These outcomes may not be overly complex, but they must be consistently expected, integrated, taught, and practised. At Dogs Connect, we do not accredit dogs based on their behavioural achievements, nor do we promote the concept of dogs needing to be obedient and respond to commands. Instead, we focus on positive relationships with dogs, emphasising communication, understanding, and clear expectations.

However, we do accredit schools within our program, recognising their commitment to maintaining a minimum level of best practices concerning the wellbeing of the dogs involved. This accreditation is vital to us as the program provider, and our structured support assists schools in demonstrating competencies related to the dogs’ wellbeing, sustainable practices, and connections to existing curriculum and wellbeing support within their specific communities.

Returning to the original question of whether a dog can be a school wellbeing dog, it is indeed possible for mature dogs to learn and fulfil this role. However, it is crucial for schools to dedicate careful consideration to the unique requirements of the dog and the program. Our program strives to educate people on how to make these considerations, what factors to assess, and how to integrate all relevant aspects into a thoughtful, thorough, and sustainable plan that generates meaningful positive outcomes for both dogs and the community.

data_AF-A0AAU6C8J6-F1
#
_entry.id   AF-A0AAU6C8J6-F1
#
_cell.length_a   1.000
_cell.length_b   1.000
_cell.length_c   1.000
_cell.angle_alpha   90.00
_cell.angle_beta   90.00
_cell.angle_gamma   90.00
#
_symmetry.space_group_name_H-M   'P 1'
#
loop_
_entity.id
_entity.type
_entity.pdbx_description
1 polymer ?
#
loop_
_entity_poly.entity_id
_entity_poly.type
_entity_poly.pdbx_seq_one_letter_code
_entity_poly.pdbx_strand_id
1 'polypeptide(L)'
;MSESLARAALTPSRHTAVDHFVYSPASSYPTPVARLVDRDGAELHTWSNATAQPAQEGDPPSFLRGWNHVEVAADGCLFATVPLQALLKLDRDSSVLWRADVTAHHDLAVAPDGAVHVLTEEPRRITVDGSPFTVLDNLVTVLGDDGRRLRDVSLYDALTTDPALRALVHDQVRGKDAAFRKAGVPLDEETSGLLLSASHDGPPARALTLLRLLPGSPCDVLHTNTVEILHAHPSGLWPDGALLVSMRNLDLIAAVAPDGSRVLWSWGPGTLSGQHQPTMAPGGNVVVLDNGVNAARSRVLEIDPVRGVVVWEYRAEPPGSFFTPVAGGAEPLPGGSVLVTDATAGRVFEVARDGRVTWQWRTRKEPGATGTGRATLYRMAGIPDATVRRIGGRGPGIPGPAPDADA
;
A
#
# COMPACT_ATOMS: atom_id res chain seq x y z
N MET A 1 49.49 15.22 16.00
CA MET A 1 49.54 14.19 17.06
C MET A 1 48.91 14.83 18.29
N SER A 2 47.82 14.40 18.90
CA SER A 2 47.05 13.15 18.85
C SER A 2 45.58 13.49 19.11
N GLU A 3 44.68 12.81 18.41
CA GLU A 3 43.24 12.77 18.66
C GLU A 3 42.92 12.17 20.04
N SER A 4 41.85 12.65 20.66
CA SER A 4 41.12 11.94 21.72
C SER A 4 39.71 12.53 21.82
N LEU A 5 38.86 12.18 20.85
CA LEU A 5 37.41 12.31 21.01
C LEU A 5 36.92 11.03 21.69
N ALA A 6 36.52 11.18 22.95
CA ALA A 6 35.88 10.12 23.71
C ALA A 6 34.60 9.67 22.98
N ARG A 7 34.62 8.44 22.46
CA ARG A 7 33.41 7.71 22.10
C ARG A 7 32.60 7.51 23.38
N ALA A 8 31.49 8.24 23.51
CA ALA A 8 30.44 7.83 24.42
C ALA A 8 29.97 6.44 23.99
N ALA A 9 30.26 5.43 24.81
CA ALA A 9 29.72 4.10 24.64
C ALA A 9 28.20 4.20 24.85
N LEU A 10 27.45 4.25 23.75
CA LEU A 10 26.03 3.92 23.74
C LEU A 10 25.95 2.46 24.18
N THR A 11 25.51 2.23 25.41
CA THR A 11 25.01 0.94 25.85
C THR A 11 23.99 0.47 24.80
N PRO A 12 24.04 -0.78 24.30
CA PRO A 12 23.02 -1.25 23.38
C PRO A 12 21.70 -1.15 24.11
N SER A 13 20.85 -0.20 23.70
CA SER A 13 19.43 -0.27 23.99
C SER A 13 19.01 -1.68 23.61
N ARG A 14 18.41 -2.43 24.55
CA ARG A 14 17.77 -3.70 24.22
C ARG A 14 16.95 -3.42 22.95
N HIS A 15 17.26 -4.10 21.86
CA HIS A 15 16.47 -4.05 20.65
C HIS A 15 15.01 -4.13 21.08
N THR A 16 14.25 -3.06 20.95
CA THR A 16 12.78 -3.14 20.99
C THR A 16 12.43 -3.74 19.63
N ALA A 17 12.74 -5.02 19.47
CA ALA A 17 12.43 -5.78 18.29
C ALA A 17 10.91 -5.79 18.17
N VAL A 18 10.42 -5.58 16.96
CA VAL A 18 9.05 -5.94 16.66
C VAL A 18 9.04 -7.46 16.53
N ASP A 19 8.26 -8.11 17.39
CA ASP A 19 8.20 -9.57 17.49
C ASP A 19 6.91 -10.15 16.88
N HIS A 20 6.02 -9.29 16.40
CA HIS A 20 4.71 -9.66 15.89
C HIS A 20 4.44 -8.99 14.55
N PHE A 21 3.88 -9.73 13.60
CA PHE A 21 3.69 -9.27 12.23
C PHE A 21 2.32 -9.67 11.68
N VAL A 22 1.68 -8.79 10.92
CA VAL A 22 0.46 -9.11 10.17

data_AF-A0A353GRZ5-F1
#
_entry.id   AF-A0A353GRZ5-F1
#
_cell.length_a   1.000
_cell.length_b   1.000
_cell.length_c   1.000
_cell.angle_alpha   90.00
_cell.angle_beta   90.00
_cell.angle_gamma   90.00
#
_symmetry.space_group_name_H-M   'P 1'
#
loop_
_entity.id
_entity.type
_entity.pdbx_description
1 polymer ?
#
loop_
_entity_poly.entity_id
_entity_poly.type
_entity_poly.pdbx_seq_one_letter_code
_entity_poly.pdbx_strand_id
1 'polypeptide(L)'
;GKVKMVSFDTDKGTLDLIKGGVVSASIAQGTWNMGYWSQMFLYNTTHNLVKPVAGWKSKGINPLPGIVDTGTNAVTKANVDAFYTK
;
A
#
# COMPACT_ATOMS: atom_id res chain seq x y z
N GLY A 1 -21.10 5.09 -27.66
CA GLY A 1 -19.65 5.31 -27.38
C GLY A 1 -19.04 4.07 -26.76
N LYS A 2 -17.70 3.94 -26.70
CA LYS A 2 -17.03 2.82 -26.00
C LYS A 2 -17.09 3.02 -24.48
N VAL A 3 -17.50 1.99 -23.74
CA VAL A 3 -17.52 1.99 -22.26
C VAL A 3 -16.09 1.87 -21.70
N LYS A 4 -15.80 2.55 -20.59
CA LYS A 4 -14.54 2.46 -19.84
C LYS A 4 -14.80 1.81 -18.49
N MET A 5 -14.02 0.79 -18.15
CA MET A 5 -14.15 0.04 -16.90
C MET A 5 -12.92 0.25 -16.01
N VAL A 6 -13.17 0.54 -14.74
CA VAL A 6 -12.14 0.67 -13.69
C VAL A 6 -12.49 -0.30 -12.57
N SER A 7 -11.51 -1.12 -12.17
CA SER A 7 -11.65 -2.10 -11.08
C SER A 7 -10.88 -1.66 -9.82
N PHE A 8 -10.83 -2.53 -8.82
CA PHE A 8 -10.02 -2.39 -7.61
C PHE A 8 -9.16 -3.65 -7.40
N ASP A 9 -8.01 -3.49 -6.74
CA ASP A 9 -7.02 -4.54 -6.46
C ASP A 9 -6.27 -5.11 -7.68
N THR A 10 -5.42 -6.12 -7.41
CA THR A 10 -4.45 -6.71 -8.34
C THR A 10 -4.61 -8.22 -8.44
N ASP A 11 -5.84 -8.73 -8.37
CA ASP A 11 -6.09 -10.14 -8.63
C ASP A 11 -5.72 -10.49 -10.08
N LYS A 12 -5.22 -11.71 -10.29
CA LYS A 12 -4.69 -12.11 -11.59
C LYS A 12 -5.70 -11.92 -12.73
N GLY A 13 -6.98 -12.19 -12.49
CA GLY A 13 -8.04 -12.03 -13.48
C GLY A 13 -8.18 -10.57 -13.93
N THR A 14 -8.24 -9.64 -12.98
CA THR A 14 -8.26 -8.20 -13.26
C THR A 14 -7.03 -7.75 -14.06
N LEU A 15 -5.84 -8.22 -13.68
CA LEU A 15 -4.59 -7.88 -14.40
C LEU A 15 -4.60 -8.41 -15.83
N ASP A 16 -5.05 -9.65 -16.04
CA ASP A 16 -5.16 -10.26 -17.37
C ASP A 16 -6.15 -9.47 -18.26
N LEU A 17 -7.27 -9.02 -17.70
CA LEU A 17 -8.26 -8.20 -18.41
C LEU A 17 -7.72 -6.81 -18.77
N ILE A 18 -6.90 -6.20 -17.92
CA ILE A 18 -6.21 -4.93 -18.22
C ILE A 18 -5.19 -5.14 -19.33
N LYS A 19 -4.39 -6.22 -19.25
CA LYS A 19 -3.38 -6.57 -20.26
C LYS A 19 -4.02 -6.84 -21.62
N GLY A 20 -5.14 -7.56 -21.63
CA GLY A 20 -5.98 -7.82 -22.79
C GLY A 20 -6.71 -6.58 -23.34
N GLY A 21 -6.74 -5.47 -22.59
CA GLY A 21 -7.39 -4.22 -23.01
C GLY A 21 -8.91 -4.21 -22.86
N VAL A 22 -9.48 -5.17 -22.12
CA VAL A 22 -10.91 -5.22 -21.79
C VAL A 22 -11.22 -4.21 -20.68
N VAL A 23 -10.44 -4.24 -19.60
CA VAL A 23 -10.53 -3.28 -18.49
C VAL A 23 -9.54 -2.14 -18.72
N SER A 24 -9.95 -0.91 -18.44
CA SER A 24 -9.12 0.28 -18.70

It is important to recognise that wellbeing dogs differ from therapy dogs, assistance dogs, and seeing-eye dogs. They should not be viewed as pets, but rather as valuable community members and connections within the school environment. The emphasis lies in building sustainable connections, supported by scientific principles. Dogs themselves are not mere tools; it is the authentic connection they foster that becomes the tool for positive impact.

By adopting this perspective, we acknowledge the necessity of genuine, mutual, and reciprocal connections that are built over time. Schools must prioritise understanding dogs, interpreting their choices and communications, and avoiding excessive stress, overstimulation, or exposure to unfavourable energies. Dogs should feel at ease and secure within the predictable, loving, and consistent environment of a school, where humans are not feared but rather seen as opportunities for connection. When dogs feel relaxed, their intuition shines through during interactions and connections, creating the magical experiences within our program.

On the other hand, when dogs are unable to relax or lack a predictable and consistent environment, they may become overwhelmed, leading to challenging behaviours, reactivity, and nervousness. This is not only unsustainable but also inappropriate within a school setting.

Furthermore, building connections with multiple individuals from a young age and socialising dogs to expand their world gently are crucial aspects of working with dogs, whether they are family pets or dogs specifically acquired for the program. It is imperative for school wellbeing dogs to form connections with more than one person, and our program actively supports and encourages this practice.

In summary, by prioritising the well-being of the dogs, fostering authentic connections, and integrating the program responsibly, there is the potential for any dog to unlock the transformative power of a wellbeing dog. Through this approach, we can create inclusive, supportive, and enriching educational environments that benefit staff, students and the wellbeing dogs themselves.